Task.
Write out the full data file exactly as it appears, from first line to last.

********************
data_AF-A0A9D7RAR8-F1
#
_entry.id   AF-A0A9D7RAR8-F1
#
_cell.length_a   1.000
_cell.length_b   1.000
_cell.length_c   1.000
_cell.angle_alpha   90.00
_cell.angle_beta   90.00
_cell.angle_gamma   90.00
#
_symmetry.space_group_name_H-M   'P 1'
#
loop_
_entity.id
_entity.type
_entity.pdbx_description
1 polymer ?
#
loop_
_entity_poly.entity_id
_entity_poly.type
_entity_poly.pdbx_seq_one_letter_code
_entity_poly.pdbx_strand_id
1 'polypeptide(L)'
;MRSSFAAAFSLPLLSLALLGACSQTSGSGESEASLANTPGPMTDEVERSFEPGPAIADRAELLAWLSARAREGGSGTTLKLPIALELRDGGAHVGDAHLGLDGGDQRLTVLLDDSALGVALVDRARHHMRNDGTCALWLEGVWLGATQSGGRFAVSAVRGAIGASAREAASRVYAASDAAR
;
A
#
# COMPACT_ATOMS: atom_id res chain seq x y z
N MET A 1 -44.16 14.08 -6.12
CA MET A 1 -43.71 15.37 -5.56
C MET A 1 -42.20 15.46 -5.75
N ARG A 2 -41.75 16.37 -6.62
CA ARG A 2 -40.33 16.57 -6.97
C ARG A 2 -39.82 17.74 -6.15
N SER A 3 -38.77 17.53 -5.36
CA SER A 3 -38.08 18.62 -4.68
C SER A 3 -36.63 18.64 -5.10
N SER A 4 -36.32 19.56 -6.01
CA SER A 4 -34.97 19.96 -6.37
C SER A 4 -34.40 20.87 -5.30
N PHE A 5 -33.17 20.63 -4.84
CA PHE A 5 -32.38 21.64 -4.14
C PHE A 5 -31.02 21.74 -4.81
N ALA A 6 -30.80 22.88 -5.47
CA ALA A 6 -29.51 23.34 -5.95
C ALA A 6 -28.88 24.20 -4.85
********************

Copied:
data_AF-A0A9D7RAR8-F1
#
_entry.id   AF-A0A9D7RAR8-F1
#
_cell.length_a   1.000
_cell.length_b   1.000
_cell.length_c   1.000
_cell.angle_alpha   90.00
_cell.angle_beta   90.00
_cell.angle_gamma   90.00
#
_symmetry.space_group_name_H-M   'P 1'
#
loop_
_entity.id
_entity.type
_entity.pdbx_description
1 polymer ?
#
loop_
_entity_poly.entity_id
_entity_poly.type
_entity_poly.pdbx_seq_one_letter_code
_entity_poly.pdbx_strand_id
1 'polypeptide(L)'
;MRSSFAAAFSLPLLSLALLGACSQTSGSGESEASLANTPGPMTDEVERSFEPGPAIADRAELLAWLSARAREGGSGTTLKLPIALELRDGGAHVGDAHLGLDGGDQRLTVLLDDSALGVALVDRARHHMRNDGTCALWLEGVWLGATQSGGRFAVSAVRGAIGASAREAASRVYAASDAAR
;
A
#
# COMPACT_ATOMS: atom_id res chain seq x y z
N MET A 1 -44.16 14.08 -6.12
CA MET A 1 -43.71 15.37 -5.56
C MET A 1 -42.20 15.46 -5.75
N ARG A 2 -41.75 16.37 -6.62
CA ARG A 2 -40.33 16.57 -6.97
C ARG A 2 -39.82 17.74 -6.15
N SER A 3 -38.77 17.53 -5.36
CA SER A 3 -38.08 18.62 -4.68
C SER A 3 -36.63 18.64 -5.10
N SER A 4 -36.32 19.56 -6.01
CA SER A 4 -34.97 19.96 -6.37
C SER A 4 -34.40 20.87 -5.30
N PHE A 5 -33.17 20.63 -4.84
CA PHE A 5 -32.38 21.64 -4.14
C PHE A 5 -31.02 21.74 -4.81
N ALA A 6 -30.80 22.88 -5.47
CA ALA A 6 -29.51 23.34 -5.95
C ALA A 6 -28.88 24.20 -4.85